By NBF News
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The announcement by the Board of Mo Ibrahim Foundation that it could not find any worthy recipient for its prestigious Prize for Achievement in African Leadership, for the second consecutive year, speaks volumes about the crisis of leadership in Africa. Last year, the Board said that it did not find any of the shortlisted candidates 'credible' for the award.

There were no new candidates this year. Looked at from that context, the decision of the Board appears to demonstrate its unflinching resolve not to compromise the standards and the ideals upon which the foundation was established.

Indeed, in 2006 when the Foundation was launched by 64-year old Sudanese billionaire entrepreneur, Mo Ibrahim, the aims were specifically spelt out, to include recognition of achievement in African Leadership, and provision of a practical way in which African leaders can build positive legacies on the continent when they have left office. The award also aims at stimulation of debate on good governance across sub-saharan Africa and the world, and the provision of objective criteria by which citizens in Africa can hold their governments accountable.

In that regard, the prize is awarded to African heads of state who deliver good governance in the areas of security, health, education and economic development, and to those who democratically hand over power to their successor. Good governance is the key for winning the award.

According to the articles of the Foundation, the recipient must be a democratically elected leader who has left office in the three years preceding the award, with a track record of good governance as part of his or her legacies. The last recipient of the prize is former Botswana President, Festus Mogae, in 2008, while Joaquim Chissano of Mozambique was the maiden prizewinner in 2007.

We respect the decision of the Foundation as recommended by its Award Committee. It is in line with its article, which states that the prize may not be awarded in any year if the award committee is unable to select a winner among shortlisted 'credible candidates'. The enduring significance of the award should be the legacy the winner must have bequeathed to the citizens of his country.

With a $5 million initial payment to the recipient, and $200,000 a year for life, the Mo Ibrahim prize is believed to be the world's largest prize, exceeding the $1.3m Nobel Peace Prize. The import of the non-award of the prize for the second year running is significant. It reflects the bad state of affairs on the continent. Practically, it should be seen as a 'vote of no confidence' on African leaders for not providing good governance, and for lack of focus on the broader outcomes of social services for their citizens. If this looks like an indictment, we insist it is an evidence of a steep decline in the quality of leadership in Africa. This should serve as a challenge to serving presidents or heads of state in Africa to govern well and impact positively on the lives of their citizens.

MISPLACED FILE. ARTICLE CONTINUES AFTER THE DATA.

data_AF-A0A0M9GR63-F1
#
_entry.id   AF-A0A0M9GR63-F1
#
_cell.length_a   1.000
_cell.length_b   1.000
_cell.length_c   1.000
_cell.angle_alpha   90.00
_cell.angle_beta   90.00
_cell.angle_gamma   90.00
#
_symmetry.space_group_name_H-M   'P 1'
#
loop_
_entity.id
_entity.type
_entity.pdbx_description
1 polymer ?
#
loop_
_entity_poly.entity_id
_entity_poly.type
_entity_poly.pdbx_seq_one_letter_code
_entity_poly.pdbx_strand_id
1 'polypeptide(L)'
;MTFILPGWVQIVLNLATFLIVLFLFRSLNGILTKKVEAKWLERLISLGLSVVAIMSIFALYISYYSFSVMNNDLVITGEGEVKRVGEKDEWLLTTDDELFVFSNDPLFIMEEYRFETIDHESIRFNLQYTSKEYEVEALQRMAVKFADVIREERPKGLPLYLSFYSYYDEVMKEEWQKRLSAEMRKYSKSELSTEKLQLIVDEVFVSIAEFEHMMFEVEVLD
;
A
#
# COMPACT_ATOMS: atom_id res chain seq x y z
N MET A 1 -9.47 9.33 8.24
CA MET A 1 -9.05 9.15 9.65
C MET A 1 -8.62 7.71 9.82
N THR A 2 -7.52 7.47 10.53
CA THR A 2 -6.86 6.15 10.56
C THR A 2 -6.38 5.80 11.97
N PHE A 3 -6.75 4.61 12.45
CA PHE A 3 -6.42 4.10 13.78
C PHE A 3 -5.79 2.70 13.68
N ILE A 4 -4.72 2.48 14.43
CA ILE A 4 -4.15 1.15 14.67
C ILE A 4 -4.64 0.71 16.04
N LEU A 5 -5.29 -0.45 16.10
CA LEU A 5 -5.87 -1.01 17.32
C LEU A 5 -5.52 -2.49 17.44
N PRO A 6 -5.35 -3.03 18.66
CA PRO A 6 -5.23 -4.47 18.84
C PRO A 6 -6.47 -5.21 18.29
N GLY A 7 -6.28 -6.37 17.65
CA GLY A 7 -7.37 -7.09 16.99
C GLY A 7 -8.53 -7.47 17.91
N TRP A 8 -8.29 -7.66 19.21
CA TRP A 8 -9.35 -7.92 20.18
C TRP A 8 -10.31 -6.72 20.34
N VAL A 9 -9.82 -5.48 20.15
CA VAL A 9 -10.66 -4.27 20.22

While we urge the Foundation to stick to the high standards it has set for itself and for recipients, we urge the Award Committee to painstakingly review some of the criteria set for the award. For instance, we think the time frame of three years for intending recipients is rather too short. It can broaden the time frame, or completely remove it.

But the bigger challenge rests on the shoulders of the new generation of African leaders who must see and use public office as a veritable platform to do good, and not to feather their nests. This may not be achieved without strong democracies, respect for the rule of law, the provision of health and educational facilities and a vibrant and empowered civil society. None of these can be achieved without good governance.

We support the current initiative on a leadership programme by the Foundation. Called the Ibrahim Leadership Fellowship, it is a selective programme designed to identify and prepare the next generation of outstanding African leaders by providing them with mentoring opportunities in key multilateral institutions across the world.

This is a step that can, in years ahead, change the mindset of African leaders towards public office. This, we believe, is one way transformative leadership, which most African nations currently lack, can be mentored, nurtured and actualized.

Our country, Nigeria, is not faring any better on the governance scale. According to the index on governance in Africa released by the Mo Ibrahim Foundation last year, Nigeria was scored 46.5 percent out of 100 percent. The nation was also ranked 35 out of 53 countries. We should aspire to perform better. We share the view of the Foundation that the leadership question in Africa is not hopeless. It can improve steadily with the emergence of conscientious political leaders.